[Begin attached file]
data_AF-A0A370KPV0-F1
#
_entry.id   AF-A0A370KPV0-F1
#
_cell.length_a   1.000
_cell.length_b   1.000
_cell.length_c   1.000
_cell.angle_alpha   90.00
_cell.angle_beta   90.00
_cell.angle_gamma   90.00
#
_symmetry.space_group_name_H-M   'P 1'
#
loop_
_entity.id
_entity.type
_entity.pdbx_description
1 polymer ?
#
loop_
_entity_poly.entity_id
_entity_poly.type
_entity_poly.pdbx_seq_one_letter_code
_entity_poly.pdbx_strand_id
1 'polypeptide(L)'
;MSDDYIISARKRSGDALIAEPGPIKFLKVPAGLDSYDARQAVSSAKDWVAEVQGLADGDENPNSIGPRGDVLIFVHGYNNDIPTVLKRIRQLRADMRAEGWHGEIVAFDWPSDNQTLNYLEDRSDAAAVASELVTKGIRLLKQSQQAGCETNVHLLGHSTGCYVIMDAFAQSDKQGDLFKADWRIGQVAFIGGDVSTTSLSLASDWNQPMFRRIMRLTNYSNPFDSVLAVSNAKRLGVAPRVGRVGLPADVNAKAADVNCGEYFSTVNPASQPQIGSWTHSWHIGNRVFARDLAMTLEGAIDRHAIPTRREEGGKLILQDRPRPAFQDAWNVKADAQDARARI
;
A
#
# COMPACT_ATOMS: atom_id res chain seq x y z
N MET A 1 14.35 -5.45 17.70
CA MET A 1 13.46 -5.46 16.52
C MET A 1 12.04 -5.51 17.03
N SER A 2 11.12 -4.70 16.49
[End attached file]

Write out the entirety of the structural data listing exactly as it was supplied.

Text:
data_AF-A0A370KPV0-F1
#
_entry.id   AF-A0A370KPV0-F1
#
_cell.length_a   1.000
_cell.length_b   1.000
_cell.length_c   1.000
_cell.angle_alpha   90.00
_cell.angle_beta   90.00
_cell.angle_gamma   90.00
#
_symmetry.space_group_name_H-M   'P 1'
#
loop_
_entity.id
_entity.type
_entity.pdbx_description
1 polymer ?
#
loop_
_entity_poly.entity_id
_entity_poly.type
_entity_poly.pdbx_seq_one_letter_code
_entity_poly.pdbx_strand_id
1 'polypeptide(L)'
;MSDDYIISARKRSGDALIAEPGPIKFLKVPAGLDSYDARQAVSSAKDWVAEVQGLADGDENPNSIGPRGDVLIFVHGYNNDIPTVLKRIRQLRADMRAEGWHGEIVAFDWPSDNQTLNYLEDRSDAAAVASELVTKGIRLLKQSQQAGCETNVHLLGHSTGCYVIMDAFAQSDKQGDLFKADWRIGQVAFIGGDVSTTSLSLASDWNQPMFRRIMRLTNYSNPFDSVLAVSNAKRLGVAPRVGRVGLPADVNAKAADVNCGEYFSTVNPASQPQIGSWTHSWHIGNRVFARDLAMTLEGAIDRHAIPTRREEGGKLILQDRPRPAFQDAWNVKADAQDARARI
;
A
#
# COMPACT_ATOMS: atom_id res chain seq x y z
N MET A 1 14.35 -5.45 17.70
CA MET A 1 13.46 -5.46 16.52
C MET A 1 12.04 -5.51 17.03
N SER A 2 11.12 -4.70 16.49